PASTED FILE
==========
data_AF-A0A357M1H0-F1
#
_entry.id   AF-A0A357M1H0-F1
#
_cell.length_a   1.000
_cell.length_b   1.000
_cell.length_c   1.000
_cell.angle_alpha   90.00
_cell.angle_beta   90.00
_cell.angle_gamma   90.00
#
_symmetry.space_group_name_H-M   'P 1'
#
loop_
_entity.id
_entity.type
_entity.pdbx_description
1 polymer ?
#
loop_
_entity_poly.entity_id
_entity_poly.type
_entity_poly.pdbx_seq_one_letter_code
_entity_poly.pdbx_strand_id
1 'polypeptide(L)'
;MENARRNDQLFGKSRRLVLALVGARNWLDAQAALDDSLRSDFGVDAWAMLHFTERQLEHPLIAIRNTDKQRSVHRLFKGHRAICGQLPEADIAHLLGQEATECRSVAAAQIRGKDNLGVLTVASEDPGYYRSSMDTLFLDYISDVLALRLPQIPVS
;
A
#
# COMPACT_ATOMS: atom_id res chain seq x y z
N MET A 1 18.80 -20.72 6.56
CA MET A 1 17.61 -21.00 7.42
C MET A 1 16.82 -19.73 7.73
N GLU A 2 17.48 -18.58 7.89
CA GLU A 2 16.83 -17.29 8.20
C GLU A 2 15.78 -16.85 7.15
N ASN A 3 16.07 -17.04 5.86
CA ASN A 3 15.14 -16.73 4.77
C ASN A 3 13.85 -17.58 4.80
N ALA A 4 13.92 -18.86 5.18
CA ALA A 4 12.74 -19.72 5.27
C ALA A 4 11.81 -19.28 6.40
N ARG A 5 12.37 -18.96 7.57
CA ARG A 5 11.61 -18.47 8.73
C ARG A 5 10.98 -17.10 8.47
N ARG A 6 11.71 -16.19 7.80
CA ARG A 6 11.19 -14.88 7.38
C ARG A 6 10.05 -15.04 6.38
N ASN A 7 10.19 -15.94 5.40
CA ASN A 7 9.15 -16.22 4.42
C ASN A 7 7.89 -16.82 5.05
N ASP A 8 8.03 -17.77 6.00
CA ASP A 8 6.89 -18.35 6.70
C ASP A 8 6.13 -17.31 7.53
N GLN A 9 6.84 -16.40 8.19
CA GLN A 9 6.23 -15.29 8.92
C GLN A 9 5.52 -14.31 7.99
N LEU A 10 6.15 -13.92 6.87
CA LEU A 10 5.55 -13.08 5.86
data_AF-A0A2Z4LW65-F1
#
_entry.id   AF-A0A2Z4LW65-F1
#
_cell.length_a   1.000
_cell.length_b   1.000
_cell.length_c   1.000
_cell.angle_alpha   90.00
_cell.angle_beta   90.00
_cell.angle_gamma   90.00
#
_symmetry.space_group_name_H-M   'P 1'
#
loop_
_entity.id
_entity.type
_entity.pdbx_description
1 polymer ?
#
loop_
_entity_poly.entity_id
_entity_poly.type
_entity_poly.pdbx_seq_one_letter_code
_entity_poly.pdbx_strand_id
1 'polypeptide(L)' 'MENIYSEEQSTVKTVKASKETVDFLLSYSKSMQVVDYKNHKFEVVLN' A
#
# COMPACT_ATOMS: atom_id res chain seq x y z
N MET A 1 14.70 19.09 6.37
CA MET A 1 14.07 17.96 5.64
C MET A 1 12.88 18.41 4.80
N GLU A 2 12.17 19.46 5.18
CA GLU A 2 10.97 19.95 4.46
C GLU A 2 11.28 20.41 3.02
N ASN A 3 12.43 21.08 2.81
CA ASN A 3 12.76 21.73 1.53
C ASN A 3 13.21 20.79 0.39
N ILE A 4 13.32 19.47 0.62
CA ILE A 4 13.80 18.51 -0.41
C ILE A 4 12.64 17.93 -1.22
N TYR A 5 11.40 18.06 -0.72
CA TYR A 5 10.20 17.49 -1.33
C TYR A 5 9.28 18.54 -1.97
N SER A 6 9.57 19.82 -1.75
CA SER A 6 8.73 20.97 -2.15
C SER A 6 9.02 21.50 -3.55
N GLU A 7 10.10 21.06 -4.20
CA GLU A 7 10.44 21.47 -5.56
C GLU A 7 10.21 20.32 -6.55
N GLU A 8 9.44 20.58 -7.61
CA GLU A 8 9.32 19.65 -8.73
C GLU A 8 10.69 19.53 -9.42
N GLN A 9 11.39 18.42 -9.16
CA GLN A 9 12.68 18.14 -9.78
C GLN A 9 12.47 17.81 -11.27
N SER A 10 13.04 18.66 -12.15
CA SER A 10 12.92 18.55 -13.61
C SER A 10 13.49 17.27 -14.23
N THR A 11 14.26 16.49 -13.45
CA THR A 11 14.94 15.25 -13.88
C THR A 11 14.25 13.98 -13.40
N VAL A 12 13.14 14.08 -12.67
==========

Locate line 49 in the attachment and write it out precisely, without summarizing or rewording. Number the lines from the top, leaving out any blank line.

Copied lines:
N ASN A 7 10.19 -15.94 5.40